infoguard-blog-edr-matters-how-to-reduce-time-to-detect

[Video] EDR matters: How to reduce time-to-detect

In a previous article about Endpoint Detection & Response (EDR) we already explained you, how this ingenious technology works and which advantages EDR offers you. In the next three parts, you'll learn more about how organizations can reduce the time and resources required to detect, analyse, and resolve security incidents, regardless of their scale. In part one, we explore the detection phase of the process and review how the Tanium platform can be used to gain more control and flexibility in detection, investigation and remediation.

The successful defence against cyber attacks does not only depend on reliable identification. At least as important is the speed at which the attack is responded to. The time it takes to detect, investigate, and ultimately remediate or resolve a security incident is seen by most organizations as a key metric for measuring success. Historically, we have witnessed organizations fail to reduce the time required to close the loop in one or more of these areas. It often takes valuable minutes - or hours, days, if not weeks - between an attack and its detection. This time span can have devastating consequences for businesses, making the difference between a small security issue and cross-network compromise. But what can you do to shorten this time and respond faster to an attack?

Effective detection capability through endpoint detection & response

To quickly detect a cyber attack, you need timely and extensive access to forensic artefacts and data on the target systems, as well as a good strategy for what you are looking for. This area is covered by applicable threat intelligence. We don't primarily speak of IP addresses, checksums or similar, but of behavioural indicators. These do not (only) describe malware used by the attacker, but also the attacker's behaviour when moving through the network using Windows tools.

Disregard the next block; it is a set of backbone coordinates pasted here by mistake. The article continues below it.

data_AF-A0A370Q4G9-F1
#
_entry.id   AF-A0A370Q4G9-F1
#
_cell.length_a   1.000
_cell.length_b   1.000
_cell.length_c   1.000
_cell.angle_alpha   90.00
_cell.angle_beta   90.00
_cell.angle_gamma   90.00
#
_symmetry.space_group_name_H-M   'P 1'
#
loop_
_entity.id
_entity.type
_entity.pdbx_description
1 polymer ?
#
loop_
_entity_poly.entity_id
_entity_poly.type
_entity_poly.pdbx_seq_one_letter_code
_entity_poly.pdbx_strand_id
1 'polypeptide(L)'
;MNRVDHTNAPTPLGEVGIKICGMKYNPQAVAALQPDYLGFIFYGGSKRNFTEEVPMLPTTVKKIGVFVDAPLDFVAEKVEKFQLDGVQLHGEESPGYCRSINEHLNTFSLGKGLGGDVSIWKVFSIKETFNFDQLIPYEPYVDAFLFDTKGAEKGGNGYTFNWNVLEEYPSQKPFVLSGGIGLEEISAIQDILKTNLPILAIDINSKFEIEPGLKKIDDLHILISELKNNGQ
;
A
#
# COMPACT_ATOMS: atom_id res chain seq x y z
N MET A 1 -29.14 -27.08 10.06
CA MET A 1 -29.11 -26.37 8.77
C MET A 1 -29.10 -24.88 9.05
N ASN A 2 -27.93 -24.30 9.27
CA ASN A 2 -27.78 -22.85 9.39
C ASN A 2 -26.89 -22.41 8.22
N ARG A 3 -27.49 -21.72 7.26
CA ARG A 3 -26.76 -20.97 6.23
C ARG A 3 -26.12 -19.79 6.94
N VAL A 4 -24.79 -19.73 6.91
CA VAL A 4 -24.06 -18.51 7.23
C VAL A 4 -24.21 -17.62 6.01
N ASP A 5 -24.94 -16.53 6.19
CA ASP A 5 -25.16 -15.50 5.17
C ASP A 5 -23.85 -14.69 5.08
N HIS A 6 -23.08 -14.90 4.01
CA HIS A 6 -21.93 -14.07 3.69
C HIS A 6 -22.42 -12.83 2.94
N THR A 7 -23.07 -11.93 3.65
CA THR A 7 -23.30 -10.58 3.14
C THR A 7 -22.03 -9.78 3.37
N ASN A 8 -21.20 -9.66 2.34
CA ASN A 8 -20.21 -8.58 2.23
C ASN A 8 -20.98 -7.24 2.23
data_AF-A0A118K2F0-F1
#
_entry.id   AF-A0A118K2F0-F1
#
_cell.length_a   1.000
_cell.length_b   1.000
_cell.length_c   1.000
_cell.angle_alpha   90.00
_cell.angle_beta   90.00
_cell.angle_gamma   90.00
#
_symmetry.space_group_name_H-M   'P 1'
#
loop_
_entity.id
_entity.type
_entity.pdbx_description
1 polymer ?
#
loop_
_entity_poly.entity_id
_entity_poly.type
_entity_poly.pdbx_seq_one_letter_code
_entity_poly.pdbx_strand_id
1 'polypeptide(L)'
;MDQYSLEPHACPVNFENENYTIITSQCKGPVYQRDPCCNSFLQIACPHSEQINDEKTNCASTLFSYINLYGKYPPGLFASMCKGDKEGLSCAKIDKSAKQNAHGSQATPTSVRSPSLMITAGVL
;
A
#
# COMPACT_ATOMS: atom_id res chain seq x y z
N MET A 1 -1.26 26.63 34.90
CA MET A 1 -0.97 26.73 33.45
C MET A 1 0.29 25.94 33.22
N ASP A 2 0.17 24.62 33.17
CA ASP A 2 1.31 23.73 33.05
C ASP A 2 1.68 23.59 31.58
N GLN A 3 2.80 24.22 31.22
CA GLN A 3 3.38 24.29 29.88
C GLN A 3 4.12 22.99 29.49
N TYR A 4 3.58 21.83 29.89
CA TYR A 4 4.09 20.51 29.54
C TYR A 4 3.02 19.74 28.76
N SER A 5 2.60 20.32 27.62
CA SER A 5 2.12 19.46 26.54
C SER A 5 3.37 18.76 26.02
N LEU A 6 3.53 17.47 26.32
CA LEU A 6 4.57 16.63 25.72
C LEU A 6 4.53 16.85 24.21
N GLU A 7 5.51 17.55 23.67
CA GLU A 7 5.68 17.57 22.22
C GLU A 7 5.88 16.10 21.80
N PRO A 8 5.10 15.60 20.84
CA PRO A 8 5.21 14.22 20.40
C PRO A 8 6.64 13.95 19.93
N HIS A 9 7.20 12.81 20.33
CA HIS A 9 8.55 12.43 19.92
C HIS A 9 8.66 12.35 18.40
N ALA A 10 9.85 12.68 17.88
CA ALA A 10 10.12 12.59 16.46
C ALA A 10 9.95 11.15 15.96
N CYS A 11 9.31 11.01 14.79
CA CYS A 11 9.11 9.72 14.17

Traditionally, the data is collected at a central location and all analysis steps are performed there. This can be tedious and considerably prolong the time between attack and detection - or, in the worst case, completely prevent detection. For reasons of scalability alone, the better solution is to perform the analysis directly at the endpoint. This allows the endpoint to be continuously monitored and only the data related to the detection or explicitly requested by analysts can be obtained. This is the big advantage of Endpoint Detection & Response (EDR)! As a positive side effect, no extensive, central data acquisition infrastructure is required. Similarly, with EDR technology, the network is not additionally burdened by log transfers to a central location.

Time is money – even when hunting cyber criminals

If the whole thing went a little too fast for you: Our EDR specialist Mathias Fuchs, Head of Investigation & Intelligence at InfoGuard, explains in a short and compact video how EDR works, which advantages it offers and why no company should do without it.

 

The diversity of Threat Intelligence

Detection should not solely rely on static intelligence to fire off alerts that are then investigated further. There is a danger that analysts will not correctly assess alarms if the information provided is not optimally prepared and thus used to the full. A proper detection strategy should look to squeeze everything possible of value out of the threat intelligence you receive.

The development of static indicators or the integration of these indicators from a feed tends to be the easiest way to utilize threat intelligence. In most cases, this requires minimal modification of the intelligence as long as the tools you use allow the data to be quickly integrated into your current processes. Most Indicators of Compromise (IOCs) fall into the category of static indicators. Although indicator values may change over time, most are designed to detect static threats such as a specific host or network-based indicators. Moving from static to dynamic indicators takes time and expertise. If possible, check the IOCs you currently use and try to translate those into Indicators of Attack (IOAs).

Tanium's approach to detection